This information is provided by the National Institutes of Health (NIH) Genetic and Rare Diseases Information Center (GARD).
Anal cancer is a rare form of cancer that occurs due to abnormal and uncontrolled cell growth in the anus. Signs and symptoms of the condition include rectal bleeding; a lump in or near the anus; anal pain; itching; changes in bowel habits; and/or swollen lymph nodes. In most cases, the underlying cause of anal cancer is unknown. There appears to be a link between anal cancer and the human papillomavirus (HPV) infection. Other risk factors for anal cancer include HIV infection, sexual activity, smoking, and a weakened immune system. The best treatment options for anal cancer depend on many factors including the stage of the condition, the location of the tumor and if there are associated conditions (i.e. HIV) but may include surgery, chemotherapy, and radiation therapy.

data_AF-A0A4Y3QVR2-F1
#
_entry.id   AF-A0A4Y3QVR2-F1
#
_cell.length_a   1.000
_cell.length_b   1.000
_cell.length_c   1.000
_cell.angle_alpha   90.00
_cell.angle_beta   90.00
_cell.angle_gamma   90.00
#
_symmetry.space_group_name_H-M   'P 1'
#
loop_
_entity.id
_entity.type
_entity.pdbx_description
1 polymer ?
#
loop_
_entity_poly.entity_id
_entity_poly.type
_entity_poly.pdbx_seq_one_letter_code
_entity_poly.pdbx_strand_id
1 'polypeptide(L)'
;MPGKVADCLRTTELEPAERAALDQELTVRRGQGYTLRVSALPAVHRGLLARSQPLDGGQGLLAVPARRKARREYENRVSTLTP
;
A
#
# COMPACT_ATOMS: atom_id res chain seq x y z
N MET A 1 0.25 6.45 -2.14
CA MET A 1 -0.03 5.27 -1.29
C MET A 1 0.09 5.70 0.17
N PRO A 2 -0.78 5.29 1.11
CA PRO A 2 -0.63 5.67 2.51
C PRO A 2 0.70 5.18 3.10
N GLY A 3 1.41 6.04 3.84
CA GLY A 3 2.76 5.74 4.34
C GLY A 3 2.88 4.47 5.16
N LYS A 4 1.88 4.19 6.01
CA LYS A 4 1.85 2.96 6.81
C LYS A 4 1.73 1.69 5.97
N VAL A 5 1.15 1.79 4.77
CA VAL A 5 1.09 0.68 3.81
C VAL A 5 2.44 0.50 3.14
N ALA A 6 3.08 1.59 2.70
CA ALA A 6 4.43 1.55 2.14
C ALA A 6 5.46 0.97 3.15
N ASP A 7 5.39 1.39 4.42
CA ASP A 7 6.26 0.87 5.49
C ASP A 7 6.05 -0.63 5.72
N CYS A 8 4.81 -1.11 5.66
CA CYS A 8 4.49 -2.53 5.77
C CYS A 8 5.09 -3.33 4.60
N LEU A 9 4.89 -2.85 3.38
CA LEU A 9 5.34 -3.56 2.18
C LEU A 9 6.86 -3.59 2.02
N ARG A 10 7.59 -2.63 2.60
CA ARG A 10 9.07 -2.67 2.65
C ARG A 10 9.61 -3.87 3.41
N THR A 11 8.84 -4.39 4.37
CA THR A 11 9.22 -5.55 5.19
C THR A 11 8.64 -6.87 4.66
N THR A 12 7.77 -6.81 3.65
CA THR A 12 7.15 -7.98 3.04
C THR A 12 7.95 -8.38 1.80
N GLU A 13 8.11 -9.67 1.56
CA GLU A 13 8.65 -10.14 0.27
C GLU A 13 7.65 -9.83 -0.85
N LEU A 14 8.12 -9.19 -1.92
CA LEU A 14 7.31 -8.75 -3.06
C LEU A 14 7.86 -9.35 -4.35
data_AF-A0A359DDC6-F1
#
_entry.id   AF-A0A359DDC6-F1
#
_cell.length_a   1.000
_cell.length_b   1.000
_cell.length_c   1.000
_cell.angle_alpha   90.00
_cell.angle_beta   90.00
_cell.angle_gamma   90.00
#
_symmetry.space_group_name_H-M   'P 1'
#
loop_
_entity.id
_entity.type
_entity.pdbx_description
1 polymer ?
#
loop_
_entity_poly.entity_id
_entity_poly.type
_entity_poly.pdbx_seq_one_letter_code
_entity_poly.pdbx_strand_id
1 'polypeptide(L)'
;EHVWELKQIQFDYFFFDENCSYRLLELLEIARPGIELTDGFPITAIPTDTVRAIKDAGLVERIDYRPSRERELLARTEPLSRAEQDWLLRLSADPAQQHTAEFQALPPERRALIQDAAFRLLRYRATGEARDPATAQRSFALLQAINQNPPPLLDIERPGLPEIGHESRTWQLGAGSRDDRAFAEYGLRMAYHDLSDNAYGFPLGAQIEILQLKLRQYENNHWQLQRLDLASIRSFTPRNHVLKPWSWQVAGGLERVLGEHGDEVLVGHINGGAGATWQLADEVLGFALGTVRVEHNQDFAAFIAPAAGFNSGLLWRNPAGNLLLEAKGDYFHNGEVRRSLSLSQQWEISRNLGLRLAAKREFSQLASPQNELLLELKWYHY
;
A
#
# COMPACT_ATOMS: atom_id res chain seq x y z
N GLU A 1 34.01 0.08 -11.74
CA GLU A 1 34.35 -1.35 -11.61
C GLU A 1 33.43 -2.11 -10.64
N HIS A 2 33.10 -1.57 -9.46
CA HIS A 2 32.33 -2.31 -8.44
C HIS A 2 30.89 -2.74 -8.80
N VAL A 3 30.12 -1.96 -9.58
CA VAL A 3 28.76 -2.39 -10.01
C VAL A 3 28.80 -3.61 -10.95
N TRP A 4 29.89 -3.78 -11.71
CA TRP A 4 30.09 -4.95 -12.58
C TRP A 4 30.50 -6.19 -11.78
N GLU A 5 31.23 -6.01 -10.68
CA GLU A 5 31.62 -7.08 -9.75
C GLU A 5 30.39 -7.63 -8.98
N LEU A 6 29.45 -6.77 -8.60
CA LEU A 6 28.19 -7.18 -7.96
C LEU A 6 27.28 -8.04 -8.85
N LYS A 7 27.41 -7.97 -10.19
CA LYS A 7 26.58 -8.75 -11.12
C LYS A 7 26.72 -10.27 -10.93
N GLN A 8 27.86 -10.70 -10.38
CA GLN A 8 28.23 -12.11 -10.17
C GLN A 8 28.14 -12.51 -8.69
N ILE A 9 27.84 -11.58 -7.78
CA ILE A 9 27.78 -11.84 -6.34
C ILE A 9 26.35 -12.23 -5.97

For more information, visit GARD.